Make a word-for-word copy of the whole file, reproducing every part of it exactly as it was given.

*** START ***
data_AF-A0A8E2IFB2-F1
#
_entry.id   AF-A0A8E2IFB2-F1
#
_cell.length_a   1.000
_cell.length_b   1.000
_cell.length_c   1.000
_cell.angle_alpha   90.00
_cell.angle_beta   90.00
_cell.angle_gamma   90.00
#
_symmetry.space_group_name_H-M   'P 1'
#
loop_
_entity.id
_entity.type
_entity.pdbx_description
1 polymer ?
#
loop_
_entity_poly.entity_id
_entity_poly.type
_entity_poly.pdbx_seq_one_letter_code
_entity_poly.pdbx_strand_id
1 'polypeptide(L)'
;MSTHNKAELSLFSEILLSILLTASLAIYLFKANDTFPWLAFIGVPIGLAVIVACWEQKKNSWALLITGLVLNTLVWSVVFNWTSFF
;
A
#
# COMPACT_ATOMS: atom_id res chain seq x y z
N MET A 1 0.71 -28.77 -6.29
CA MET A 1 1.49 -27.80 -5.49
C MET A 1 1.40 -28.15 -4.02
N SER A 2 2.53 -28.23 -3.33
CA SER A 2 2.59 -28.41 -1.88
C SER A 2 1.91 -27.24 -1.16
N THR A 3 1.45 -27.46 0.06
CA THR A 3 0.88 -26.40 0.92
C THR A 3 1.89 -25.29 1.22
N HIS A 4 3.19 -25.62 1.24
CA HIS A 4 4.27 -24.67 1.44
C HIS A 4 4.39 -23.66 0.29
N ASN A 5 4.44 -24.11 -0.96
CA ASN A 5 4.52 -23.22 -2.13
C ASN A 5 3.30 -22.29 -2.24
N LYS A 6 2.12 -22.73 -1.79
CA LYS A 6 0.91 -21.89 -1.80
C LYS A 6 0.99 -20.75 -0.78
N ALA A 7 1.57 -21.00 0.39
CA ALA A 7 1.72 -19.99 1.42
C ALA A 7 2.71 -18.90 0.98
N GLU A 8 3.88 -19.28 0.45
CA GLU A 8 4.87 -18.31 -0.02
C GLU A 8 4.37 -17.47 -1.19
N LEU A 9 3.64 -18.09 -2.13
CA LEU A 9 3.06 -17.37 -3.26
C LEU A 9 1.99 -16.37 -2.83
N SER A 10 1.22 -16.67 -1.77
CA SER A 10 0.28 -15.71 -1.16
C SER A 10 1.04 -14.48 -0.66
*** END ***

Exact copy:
data_AF-A0A8E2IFB2-F1
#
_entry.id   AF-A0A8E2IFB2-F1
#
_cell.length_a   1.000
_cell.length_b   1.000
_cell.length_c   1.000
_cell.angle_alpha   90.00
_cell.angle_beta   90.00
_cell.angle_gamma   90.00
#
_symmetry.space_group_name_H-M   'P 1'
#
loop_
_entity.id
_entity.type
_entity.pdbx_description
1 polymer ?
#
loop_
_entity_poly.entity_id
_entity_poly.type
_entity_poly.pdbx_seq_one_letter_code
_entity_poly.pdbx_strand_id
1 'polypeptide(L)'
;MSTHNKAELSLFSEILLSILLTASLAIYLFKANDTFPWLAFIGVPIGLAVIVACWEQKKNSWALLITGLVLNTLVWSVVFNWTSFF
;
A
#
# COMPACT_ATOMS: atom_id res chain seq x y z
N MET A 1 0.71 -28.77 -6.29
CA MET A 1 1.49 -27.80 -5.49
C MET A 1 1.40 -28.15 -4.02
N SER A 2 2.53 -28.23 -3.33
CA SER A 2 2.59 -28.41 -1.88
C SER A 2 1.91 -27.24 -1.16
N THR A 3 1.45 -27.46 0.06
CA THR A 3 0.88 -26.40 0.92
C THR A 3 1.89 -25.29 1.22
N HIS A 4 3.19 -25.62 1.24
CA HIS A 4 4.27 -24.67 1.44
C HIS A 4 4.39 -23.66 0.29
N ASN A 5 4.44 -24.11 -0.96
CA ASN A 5 4.52 -23.22 -2.13
C ASN A 5 3.30 -22.29 -2.24
N LYS A 6 2.12 -22.73 -1.79
CA LYS A 6 0.91 -21.89 -1.80
C LYS A 6 0.99 -20.75 -0.78
N ALA A 7 1.57 -21.00 0.39
CA ALA A 7 1.72 -19.99 1.42
C ALA A 7 2.71 -18.90 0.98
N GLU A 8 3.88 -19.28 0.45
CA GLU A 8 4.87 -18.31 -0.02
C GLU A 8 4.37 -17.47 -1.19
N LEU A 9 3.64 -18.09 -2.13
CA LEU A 9 3.06 -17.37 -3.26
C LEU A 9 1.99 -16.37 -2.83
N SER A 10 1.22 -16.67 -1.77
CA SER A 10 0.28 -15.71 -1.16
C SER A 10 1.04 -14.48 -0.66